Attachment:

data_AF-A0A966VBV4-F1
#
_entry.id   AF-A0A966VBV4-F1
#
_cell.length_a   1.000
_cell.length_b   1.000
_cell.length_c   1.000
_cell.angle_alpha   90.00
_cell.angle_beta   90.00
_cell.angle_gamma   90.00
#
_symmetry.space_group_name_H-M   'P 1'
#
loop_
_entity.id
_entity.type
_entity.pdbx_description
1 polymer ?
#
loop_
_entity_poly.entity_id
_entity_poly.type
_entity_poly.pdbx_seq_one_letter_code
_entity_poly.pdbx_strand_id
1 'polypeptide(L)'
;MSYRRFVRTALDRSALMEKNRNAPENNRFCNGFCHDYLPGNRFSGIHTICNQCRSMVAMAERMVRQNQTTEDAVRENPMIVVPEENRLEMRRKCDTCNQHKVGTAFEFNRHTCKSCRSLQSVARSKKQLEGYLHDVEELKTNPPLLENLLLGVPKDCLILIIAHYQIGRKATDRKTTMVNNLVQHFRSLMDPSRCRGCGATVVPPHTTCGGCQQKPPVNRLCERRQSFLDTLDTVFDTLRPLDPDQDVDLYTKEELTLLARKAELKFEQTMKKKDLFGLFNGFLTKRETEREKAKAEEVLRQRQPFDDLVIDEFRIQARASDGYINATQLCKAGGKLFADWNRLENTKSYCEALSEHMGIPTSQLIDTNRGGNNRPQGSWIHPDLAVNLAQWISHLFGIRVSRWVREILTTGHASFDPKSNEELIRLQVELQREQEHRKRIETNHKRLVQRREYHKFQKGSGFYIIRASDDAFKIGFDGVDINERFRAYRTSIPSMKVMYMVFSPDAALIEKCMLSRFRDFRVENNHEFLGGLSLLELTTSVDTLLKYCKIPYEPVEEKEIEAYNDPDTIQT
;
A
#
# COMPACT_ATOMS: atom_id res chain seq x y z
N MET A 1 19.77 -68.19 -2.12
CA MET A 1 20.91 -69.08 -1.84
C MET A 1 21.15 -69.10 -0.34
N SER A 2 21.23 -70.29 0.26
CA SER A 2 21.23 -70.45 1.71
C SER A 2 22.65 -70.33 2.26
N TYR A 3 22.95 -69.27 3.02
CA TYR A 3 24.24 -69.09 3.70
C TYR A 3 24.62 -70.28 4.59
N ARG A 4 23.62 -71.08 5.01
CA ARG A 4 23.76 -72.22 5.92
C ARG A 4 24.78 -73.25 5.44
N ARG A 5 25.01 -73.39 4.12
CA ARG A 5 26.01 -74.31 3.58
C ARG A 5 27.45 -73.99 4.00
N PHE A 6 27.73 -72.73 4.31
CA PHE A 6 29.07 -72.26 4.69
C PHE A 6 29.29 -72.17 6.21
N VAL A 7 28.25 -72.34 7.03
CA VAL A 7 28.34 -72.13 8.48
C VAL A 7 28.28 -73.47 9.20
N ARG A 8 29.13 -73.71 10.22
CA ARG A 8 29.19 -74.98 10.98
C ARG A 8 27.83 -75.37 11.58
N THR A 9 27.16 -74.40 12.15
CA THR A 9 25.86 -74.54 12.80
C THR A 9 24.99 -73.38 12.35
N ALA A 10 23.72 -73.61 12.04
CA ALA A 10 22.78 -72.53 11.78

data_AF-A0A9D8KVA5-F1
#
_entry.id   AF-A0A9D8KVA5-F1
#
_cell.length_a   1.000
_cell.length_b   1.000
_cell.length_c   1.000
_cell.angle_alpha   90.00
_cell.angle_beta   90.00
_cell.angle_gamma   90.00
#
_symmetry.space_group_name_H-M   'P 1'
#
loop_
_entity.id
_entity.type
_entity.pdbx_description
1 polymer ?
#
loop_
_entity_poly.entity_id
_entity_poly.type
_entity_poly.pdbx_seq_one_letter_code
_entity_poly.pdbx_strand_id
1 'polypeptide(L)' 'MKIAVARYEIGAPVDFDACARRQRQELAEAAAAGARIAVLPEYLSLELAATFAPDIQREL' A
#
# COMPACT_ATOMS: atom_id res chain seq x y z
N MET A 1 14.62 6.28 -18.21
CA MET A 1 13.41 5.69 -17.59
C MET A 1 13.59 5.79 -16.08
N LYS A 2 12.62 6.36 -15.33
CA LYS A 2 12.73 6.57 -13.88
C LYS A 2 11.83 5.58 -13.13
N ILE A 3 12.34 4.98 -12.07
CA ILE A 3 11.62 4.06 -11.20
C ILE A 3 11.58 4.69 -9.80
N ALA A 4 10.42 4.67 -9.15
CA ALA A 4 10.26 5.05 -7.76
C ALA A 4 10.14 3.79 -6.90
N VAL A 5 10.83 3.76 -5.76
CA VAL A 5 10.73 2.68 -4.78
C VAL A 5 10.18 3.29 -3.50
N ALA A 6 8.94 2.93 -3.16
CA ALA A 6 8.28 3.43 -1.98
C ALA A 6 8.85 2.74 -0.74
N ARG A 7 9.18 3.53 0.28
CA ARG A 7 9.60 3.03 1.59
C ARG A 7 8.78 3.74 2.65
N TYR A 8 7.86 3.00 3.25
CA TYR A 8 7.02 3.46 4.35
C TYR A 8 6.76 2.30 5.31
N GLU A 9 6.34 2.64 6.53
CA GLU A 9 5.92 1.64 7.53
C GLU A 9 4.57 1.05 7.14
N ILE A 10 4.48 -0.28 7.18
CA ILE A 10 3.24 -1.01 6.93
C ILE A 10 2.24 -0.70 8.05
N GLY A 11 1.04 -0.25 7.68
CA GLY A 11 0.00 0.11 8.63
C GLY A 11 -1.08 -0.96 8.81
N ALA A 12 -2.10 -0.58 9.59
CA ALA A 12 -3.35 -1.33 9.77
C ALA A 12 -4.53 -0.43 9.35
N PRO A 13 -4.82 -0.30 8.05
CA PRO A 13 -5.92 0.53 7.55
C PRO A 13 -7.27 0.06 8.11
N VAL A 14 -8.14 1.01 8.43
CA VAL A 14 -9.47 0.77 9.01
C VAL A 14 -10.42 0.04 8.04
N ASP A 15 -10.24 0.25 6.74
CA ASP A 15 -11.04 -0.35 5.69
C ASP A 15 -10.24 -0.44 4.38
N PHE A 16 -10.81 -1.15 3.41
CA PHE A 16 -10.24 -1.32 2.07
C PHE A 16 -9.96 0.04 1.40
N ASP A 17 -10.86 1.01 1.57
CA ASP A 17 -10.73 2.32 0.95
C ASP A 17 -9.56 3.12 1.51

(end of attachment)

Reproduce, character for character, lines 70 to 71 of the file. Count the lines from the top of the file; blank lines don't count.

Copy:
#
_symmetry.space_group_name_H-M   'P 1'